• After surgery. Your child is taken to a critical care unit to be cared for and monitored. You can stay with your child during much of this time. He or she may remain in the hospital for 3 to 7 days. When your child is ready to leave the hospital, you’ll be given instructions for home care and follow-up.

Risks and complications of heart surgery

Risks and complications may include:

  • Reaction to sedative or anesthesia

  • Incomplete closure of the VSD, requiring further treatment

  • Arrhythmia (abnormal heart rhythm)

  • Infection

  • Bleeding

  • Nervous system problems, such as seizure or stroke 

  • Abnormal buildup of fluid around the heart and lungs

When to call your healthcare provider

After heart surgery, call the healthcare provider right away if your child has:

  • Increased pain, swelling, redness, bleeding, or drainage at the incision site

  • A fever. Talk with your child's doctor to find out at what temperature you should be concerned.

  • Chest pain

  • Increased tiredness

  • Trouble breathing

  • Nausea or vomiting that contines

  • A cough that won’t go away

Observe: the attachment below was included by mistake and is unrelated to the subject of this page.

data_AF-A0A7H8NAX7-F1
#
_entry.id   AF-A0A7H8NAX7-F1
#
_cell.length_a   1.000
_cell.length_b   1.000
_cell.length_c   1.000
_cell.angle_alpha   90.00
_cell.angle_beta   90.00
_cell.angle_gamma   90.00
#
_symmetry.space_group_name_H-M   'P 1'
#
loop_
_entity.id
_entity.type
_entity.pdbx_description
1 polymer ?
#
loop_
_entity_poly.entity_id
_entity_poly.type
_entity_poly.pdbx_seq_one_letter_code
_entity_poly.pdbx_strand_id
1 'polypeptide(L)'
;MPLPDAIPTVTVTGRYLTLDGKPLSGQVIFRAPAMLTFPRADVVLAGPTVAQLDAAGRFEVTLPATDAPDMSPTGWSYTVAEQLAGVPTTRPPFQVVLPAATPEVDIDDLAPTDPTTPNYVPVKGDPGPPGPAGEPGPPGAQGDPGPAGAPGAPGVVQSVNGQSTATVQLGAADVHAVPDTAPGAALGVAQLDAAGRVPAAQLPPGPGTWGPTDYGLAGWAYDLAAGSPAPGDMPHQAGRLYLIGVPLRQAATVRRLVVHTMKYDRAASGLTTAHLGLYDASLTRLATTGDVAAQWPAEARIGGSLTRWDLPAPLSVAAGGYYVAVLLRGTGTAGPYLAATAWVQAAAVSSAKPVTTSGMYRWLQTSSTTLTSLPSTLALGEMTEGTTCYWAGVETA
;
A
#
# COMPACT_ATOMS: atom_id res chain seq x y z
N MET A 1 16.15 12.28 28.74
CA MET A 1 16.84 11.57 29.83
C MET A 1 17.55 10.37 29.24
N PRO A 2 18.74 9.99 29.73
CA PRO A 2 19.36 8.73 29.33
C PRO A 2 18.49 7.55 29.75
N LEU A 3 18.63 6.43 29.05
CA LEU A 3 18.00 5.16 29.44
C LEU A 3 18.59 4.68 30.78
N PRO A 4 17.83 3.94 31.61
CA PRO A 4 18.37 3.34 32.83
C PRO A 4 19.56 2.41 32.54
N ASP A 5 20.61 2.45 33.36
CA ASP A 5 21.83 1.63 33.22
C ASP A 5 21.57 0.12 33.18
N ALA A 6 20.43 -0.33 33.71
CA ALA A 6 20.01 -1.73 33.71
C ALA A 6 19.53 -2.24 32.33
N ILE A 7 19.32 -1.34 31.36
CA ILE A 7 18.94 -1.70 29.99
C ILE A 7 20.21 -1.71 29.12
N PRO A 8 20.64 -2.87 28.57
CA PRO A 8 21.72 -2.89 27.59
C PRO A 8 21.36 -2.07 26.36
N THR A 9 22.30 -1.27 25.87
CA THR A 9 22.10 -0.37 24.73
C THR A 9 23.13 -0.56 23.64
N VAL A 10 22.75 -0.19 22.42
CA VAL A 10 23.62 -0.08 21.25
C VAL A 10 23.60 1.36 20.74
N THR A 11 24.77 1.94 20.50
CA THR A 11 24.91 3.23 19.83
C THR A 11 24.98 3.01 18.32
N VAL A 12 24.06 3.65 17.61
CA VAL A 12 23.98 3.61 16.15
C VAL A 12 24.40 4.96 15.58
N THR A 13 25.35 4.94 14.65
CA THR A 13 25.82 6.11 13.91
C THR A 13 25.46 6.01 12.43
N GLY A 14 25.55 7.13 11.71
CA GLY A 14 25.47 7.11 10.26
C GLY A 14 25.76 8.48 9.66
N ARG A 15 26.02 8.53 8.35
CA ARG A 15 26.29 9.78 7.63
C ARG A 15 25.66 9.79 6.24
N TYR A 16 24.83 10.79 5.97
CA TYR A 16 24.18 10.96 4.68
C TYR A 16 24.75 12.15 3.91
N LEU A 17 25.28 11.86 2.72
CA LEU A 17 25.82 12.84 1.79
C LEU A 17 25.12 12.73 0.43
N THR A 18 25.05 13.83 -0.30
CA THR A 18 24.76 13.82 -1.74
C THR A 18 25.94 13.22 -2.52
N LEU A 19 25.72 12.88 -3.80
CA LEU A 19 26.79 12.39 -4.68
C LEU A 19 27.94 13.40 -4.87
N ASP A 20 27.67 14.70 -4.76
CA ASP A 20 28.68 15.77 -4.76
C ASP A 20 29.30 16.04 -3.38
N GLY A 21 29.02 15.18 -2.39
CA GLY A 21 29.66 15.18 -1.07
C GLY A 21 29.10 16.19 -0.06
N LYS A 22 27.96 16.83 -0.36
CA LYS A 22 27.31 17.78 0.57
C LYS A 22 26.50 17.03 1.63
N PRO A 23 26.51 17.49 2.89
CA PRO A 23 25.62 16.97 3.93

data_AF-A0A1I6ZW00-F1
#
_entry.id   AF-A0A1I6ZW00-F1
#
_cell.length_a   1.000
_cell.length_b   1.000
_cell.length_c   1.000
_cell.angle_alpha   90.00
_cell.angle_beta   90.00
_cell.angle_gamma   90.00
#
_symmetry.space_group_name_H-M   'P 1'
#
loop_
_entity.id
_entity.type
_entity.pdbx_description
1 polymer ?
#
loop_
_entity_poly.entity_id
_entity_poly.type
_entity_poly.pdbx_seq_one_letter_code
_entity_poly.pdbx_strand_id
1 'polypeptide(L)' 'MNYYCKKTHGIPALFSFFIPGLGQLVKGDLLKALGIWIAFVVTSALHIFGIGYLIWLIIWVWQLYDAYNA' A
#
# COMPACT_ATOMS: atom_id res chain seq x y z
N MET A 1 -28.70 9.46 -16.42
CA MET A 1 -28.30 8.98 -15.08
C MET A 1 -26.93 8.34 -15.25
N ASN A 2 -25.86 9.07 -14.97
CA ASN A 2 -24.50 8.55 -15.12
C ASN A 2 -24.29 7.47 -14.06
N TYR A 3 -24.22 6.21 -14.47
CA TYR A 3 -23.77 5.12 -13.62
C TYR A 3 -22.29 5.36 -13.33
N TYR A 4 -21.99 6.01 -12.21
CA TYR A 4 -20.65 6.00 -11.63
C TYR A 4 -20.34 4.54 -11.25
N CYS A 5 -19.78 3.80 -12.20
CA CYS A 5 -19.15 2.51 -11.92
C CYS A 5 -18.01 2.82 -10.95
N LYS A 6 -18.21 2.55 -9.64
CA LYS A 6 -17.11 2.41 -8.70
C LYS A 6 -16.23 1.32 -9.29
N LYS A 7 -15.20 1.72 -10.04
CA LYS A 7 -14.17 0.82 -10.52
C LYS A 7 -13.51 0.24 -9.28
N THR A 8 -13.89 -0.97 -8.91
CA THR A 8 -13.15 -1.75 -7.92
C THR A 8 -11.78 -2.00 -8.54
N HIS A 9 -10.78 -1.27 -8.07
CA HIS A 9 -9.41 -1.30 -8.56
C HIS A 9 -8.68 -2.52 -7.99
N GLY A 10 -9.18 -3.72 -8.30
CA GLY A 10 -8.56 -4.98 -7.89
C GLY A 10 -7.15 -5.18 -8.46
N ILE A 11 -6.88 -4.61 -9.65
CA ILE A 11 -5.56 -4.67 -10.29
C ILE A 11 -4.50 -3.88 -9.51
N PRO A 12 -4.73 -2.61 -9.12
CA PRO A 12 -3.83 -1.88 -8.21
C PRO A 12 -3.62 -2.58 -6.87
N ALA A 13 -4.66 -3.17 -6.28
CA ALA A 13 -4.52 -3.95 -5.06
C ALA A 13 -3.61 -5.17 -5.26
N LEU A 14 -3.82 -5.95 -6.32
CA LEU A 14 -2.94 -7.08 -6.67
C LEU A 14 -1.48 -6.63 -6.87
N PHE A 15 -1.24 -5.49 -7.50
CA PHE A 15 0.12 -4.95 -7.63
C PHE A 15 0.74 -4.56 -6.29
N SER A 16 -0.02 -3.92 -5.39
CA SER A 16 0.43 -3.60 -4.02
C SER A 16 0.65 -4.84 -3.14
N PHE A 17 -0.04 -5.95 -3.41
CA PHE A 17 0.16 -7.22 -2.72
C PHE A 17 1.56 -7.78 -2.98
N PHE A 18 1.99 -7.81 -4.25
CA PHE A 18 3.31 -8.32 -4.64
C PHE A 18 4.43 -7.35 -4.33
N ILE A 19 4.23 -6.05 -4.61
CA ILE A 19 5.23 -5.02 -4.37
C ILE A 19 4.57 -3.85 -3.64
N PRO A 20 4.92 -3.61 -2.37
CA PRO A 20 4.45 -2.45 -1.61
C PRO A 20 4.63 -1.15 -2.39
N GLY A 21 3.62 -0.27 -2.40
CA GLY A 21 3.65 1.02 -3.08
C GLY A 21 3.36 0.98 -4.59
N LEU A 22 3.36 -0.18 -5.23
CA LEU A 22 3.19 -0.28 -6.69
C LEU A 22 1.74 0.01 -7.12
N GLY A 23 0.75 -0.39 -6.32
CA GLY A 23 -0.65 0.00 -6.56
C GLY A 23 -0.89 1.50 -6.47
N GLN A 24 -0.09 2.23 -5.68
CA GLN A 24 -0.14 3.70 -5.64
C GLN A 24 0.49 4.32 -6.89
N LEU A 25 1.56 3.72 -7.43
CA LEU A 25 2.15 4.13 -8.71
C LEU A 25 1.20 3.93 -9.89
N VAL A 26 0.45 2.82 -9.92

• An irregular heartbeat

  • Passing out

What are the long-term concerns?

  • A VSD that’s left untreated can lead to further health problems later in life. Your child is more likely to have growth problems, frequent respiratory infections, and develop disease of the blood vessels in the lungs after a year of age.

  • After treatment, most children with a VSD can be active like other children.

  • Regular follow-up visits with the cardiologist are needed. The frequency of these visits will likely decrease as your child grows older.

  • Your child may need to take antibiotics before having any surgery or dental work for 6 months or longer after surgery. This is to prevent infection of the inside lining of the heart and valves. This infection is called infective endocarditis. Discuss this with your child's cardiologist.